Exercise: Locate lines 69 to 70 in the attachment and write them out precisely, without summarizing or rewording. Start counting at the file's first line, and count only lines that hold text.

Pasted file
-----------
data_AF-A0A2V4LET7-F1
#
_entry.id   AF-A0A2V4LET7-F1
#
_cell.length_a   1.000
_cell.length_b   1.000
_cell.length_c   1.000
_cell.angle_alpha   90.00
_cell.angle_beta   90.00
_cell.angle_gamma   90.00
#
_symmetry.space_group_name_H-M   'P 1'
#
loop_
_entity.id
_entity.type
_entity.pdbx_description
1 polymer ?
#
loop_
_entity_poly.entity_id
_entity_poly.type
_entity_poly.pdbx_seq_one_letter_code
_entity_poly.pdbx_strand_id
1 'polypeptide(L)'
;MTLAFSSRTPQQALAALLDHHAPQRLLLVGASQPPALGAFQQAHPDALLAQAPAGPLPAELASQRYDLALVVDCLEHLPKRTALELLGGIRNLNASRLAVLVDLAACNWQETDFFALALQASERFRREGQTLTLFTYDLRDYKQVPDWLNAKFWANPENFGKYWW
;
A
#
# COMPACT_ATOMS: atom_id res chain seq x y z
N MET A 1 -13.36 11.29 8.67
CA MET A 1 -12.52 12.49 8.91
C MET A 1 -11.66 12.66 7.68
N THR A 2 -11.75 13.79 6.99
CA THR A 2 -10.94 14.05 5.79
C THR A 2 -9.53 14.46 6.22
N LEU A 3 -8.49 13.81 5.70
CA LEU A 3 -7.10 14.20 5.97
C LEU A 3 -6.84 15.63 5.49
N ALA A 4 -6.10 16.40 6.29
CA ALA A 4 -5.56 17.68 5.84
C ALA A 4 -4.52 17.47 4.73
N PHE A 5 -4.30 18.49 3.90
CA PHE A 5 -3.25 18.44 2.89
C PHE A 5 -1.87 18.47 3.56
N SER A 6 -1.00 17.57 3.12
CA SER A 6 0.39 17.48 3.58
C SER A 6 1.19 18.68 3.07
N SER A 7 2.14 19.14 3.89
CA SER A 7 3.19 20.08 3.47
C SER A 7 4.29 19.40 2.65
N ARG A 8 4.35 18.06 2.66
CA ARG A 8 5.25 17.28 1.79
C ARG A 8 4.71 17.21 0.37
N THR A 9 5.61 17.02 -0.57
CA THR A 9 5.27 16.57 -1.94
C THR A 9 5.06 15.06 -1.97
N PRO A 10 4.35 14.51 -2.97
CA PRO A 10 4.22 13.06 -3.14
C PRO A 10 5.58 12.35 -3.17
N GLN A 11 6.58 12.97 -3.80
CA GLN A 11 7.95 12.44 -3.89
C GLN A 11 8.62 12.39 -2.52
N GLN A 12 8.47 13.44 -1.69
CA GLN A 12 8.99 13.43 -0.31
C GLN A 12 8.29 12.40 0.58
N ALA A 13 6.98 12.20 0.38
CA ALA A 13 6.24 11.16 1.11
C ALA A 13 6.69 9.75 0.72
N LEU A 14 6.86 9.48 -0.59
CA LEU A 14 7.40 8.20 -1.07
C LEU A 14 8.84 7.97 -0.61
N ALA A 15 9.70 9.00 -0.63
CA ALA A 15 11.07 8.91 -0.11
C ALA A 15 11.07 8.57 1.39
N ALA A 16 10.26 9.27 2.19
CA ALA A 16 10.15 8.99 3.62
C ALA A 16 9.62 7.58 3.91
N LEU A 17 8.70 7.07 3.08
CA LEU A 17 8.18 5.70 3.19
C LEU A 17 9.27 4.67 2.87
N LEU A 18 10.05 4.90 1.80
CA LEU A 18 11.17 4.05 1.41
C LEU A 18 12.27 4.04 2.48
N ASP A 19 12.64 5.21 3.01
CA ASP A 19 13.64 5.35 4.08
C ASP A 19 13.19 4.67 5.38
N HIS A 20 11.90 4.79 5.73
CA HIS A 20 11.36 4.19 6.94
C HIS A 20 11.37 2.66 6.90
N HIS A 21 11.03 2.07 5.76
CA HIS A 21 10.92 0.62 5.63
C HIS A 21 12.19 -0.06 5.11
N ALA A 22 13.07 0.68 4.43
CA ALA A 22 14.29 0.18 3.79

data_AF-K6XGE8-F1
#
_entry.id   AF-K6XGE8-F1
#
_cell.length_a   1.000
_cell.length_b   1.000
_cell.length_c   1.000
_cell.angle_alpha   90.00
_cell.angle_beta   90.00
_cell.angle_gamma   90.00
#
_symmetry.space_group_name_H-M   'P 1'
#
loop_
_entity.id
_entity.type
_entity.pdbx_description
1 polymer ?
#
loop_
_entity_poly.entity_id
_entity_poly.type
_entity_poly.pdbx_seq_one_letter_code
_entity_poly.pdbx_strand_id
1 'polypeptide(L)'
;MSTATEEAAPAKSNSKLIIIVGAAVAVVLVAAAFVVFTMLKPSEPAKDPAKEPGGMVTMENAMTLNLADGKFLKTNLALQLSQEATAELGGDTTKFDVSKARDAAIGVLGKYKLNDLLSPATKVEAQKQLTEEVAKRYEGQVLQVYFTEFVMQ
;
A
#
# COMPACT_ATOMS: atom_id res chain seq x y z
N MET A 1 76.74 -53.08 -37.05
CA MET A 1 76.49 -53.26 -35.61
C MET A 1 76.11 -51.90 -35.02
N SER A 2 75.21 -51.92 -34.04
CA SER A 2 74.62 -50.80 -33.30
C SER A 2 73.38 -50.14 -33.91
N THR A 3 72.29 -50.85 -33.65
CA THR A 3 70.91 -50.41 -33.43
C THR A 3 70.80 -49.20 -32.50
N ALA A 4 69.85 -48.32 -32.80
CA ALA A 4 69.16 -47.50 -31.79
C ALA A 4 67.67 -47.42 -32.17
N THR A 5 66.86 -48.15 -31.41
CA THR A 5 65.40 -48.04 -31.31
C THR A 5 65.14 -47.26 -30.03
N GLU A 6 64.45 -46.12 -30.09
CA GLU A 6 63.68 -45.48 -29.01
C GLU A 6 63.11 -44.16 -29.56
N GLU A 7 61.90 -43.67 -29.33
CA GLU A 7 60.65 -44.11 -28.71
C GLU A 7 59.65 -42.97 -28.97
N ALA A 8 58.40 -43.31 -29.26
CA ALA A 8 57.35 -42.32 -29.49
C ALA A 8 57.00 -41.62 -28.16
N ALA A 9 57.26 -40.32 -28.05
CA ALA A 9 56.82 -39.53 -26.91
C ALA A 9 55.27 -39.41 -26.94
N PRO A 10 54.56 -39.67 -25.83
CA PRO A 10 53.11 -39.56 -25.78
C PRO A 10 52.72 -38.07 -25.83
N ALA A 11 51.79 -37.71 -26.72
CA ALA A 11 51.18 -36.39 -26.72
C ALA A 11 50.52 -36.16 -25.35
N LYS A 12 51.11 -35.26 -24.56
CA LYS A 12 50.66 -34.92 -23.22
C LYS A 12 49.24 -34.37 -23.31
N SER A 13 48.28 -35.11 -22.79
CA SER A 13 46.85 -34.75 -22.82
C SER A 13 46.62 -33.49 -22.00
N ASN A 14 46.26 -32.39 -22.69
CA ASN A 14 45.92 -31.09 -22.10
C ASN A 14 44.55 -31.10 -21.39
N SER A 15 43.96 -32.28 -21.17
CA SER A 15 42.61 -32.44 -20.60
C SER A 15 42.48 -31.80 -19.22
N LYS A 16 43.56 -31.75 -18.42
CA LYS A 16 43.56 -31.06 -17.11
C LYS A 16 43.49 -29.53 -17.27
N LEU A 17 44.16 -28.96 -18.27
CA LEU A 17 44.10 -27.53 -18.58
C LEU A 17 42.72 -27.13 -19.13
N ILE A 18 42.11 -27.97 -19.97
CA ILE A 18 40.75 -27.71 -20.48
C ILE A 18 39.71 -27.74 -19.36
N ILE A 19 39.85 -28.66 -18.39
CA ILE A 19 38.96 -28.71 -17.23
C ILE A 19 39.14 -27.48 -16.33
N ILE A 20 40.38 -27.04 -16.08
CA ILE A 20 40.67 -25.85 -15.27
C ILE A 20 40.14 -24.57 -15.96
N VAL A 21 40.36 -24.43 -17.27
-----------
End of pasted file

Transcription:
C ALA A 13 6.69 9.75 0.72
N LEU A 14 6.86 9.48 -0.59